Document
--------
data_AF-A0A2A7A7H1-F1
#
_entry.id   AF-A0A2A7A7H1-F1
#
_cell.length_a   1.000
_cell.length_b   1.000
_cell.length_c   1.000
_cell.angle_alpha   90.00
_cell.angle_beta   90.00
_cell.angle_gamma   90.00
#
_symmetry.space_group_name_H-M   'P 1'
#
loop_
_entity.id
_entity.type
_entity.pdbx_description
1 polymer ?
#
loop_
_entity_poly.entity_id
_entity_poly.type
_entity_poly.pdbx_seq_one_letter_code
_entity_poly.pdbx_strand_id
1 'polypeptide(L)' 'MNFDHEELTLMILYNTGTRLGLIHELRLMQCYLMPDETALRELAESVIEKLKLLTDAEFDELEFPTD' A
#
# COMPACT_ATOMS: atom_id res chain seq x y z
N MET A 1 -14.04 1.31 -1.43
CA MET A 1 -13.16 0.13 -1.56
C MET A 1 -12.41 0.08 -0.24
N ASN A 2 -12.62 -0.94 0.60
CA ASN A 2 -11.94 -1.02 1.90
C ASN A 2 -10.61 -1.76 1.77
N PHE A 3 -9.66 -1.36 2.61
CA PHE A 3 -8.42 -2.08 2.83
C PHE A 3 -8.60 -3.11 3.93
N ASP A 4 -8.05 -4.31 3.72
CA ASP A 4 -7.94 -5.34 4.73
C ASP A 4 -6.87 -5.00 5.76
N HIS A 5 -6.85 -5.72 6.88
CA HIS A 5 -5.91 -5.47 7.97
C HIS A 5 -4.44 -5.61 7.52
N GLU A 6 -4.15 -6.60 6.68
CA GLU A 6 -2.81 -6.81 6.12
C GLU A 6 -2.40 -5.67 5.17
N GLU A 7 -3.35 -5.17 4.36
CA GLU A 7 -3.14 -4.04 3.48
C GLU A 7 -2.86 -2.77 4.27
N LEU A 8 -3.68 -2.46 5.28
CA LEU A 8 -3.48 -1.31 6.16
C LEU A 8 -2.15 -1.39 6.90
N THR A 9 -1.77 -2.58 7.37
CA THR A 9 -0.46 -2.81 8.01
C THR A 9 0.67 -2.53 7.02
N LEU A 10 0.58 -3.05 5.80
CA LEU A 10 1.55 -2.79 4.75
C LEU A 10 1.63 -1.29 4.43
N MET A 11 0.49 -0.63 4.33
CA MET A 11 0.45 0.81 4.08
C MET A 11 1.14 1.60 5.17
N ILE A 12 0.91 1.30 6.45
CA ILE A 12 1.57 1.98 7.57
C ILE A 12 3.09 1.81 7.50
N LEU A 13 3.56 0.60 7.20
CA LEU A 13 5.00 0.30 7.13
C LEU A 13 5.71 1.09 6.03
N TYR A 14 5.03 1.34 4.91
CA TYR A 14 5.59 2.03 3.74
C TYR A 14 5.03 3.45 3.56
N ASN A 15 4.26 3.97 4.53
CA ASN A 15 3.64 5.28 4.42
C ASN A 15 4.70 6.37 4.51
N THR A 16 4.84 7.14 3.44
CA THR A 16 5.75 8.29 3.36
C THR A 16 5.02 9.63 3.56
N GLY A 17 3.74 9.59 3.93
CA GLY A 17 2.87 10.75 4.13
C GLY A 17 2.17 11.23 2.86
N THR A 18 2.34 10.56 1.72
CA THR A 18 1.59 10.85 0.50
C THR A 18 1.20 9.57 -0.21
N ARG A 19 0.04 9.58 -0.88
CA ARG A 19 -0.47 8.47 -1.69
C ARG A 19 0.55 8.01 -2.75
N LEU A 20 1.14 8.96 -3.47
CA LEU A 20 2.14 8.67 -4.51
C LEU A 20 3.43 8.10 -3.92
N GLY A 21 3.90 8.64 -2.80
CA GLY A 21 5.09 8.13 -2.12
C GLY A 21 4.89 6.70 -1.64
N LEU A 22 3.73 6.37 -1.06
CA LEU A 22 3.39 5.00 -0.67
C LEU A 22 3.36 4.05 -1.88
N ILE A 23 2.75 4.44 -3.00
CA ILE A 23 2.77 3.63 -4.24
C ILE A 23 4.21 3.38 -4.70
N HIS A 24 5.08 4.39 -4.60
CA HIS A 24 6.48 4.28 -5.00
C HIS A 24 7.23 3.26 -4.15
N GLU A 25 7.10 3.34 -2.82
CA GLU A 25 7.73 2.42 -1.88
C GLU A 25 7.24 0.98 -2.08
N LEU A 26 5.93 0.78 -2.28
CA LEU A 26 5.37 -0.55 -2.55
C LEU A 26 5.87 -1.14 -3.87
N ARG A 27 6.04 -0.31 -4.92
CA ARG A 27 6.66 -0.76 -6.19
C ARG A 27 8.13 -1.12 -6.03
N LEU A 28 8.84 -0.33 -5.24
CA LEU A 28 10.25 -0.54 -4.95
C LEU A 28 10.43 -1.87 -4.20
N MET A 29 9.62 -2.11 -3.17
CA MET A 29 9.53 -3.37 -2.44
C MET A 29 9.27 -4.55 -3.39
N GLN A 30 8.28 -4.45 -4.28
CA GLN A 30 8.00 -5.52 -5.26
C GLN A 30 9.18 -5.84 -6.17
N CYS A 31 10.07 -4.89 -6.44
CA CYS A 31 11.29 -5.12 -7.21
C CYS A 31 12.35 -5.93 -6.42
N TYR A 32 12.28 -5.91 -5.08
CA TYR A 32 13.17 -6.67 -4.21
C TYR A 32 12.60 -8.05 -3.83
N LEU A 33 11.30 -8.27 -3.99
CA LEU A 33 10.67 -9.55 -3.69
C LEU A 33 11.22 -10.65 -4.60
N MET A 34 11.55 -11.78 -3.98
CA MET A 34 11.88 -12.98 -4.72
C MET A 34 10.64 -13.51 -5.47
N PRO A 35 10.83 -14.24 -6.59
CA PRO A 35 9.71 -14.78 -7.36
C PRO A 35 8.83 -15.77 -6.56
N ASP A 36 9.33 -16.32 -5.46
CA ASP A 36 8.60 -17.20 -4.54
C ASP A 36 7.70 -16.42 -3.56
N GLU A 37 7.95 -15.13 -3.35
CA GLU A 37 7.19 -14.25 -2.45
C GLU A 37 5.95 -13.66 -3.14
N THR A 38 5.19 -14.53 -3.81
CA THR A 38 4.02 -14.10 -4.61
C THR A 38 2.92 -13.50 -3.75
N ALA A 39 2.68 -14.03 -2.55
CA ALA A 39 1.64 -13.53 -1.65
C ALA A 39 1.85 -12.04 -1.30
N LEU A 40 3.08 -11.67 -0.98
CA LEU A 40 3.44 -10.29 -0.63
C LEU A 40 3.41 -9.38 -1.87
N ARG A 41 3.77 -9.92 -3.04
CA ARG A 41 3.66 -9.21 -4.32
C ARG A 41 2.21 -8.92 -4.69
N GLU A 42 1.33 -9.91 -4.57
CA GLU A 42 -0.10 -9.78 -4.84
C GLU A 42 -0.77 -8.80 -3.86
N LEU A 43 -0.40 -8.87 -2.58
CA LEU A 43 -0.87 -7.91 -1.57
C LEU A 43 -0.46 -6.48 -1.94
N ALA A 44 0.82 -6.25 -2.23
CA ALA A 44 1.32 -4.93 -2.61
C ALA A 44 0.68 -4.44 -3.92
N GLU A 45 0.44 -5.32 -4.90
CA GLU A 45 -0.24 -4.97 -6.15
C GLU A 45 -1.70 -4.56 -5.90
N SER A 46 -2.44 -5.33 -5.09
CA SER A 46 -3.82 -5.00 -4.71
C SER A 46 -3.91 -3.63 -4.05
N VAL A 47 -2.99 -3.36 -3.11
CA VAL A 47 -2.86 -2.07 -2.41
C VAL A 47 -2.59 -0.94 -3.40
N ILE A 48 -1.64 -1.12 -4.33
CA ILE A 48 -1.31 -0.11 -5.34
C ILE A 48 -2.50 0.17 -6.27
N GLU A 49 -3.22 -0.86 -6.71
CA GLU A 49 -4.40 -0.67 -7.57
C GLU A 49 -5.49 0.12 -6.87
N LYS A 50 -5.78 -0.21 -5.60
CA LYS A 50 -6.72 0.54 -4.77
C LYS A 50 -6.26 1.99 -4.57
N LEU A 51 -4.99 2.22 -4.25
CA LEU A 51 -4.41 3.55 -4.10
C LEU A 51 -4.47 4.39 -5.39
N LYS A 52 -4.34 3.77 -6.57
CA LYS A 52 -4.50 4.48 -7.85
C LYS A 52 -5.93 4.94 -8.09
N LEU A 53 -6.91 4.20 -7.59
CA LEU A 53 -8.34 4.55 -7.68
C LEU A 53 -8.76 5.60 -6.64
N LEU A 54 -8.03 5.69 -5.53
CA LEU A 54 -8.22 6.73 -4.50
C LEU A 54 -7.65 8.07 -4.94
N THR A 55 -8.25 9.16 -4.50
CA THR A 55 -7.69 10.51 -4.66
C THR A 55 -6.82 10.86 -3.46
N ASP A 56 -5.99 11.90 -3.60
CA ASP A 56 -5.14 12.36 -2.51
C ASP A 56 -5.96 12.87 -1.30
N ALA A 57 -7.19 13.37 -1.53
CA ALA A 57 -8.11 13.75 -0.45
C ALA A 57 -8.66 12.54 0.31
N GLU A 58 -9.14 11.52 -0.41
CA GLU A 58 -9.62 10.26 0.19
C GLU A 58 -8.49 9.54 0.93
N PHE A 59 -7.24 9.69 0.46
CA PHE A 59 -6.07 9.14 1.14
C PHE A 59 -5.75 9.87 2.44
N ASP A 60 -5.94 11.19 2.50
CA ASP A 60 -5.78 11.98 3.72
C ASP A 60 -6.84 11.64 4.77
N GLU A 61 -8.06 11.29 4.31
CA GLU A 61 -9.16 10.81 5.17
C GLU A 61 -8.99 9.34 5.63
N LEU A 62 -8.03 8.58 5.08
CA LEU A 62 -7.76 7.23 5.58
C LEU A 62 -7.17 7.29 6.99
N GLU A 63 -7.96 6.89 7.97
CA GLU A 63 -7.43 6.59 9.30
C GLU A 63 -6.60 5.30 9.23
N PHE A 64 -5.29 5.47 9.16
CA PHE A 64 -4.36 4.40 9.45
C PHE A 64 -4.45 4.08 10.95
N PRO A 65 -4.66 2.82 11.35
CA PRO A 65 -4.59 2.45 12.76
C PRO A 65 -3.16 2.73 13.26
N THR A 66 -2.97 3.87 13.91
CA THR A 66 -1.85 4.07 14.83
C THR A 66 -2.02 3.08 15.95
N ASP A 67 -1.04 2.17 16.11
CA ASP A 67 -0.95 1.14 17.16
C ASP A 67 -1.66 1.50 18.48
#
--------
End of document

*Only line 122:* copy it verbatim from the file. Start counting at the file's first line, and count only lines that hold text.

CA TYR A 32 13.17 -6.67 -4.21